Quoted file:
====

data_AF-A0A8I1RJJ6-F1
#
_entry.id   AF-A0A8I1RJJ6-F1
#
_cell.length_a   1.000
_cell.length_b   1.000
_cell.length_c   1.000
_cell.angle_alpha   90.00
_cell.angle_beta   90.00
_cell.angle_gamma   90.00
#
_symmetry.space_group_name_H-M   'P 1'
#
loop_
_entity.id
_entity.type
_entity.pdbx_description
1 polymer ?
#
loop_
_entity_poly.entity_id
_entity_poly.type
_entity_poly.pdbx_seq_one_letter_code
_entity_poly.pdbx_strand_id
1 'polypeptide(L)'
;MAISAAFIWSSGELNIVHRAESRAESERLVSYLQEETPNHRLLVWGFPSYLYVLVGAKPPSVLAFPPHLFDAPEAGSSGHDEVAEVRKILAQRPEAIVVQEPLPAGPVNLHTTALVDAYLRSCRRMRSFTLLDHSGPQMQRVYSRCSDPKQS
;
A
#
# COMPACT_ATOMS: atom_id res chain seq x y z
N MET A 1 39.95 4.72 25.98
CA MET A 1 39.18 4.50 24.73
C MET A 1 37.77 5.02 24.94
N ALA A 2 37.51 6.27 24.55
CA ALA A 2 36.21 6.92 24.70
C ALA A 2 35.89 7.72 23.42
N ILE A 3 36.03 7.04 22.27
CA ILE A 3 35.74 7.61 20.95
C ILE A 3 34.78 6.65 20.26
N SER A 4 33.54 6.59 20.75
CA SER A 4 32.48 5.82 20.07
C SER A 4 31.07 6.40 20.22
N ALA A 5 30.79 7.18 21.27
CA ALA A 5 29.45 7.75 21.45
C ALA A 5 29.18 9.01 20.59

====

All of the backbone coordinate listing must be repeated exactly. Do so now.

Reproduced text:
data_AF-A0A8I1RJJ6-F1
#
_entry.id   AF-A0A8I1RJJ6-F1
#
_cell.length_a   1.000
_cell.length_b   1.000
_cell.length_c   1.000
_cell.angle_alpha   90.00
_cell.angle_beta   90.00
_cell.angle_gamma   90.00
#
_symmetry.space_group_name_H-M   'P 1'
#
loop_
_entity.id
_entity.type
_entity.pdbx_description
1 polymer ?
#
loop_
_entity_poly.entity_id
_entity_poly.type
_entity_poly.pdbx_seq_one_letter_code
_entity_poly.pdbx_strand_id
1 'polypeptide(L)'
;MAISAAFIWSSGELNIVHRAESRAESERLVSYLQEETPNHRLLVWGFPSYLYVLVGAKPPSVLAFPPHLFDAPEAGSSGHDEVAEVRKILAQRPEAIVVQEPLPAGPVNLHTTALVDAYLRSCRRMRSFTLLDHSGPQMQRVYSRCSDPKQS
;
A
#
# COMPACT_ATOMS: atom_id res chain seq x y z
N MET A 1 39.95 4.72 25.98
CA MET A 1 39.18 4.50 24.73
C MET A 1 37.77 5.02 24.94
N ALA A 2 37.51 6.27 24.55
CA ALA A 2 36.21 6.92 24.70
C ALA A 2 35.89 7.72 23.42
N ILE A 3 36.03 7.04 22.27
CA ILE A 3 35.74 7.61 20.95
C ILE A 3 34.78 6.65 20.26
N SER A 4 33.54 6.59 20.75
CA SER A 4 32.48 5.82 20.07
C SER A 4 31.07 6.40 20.22
N ALA A 5 30.79 7.18 21.27
CA ALA A 5 29.45 7.75 21.45
C ALA A 5 29.18 9.01 20.59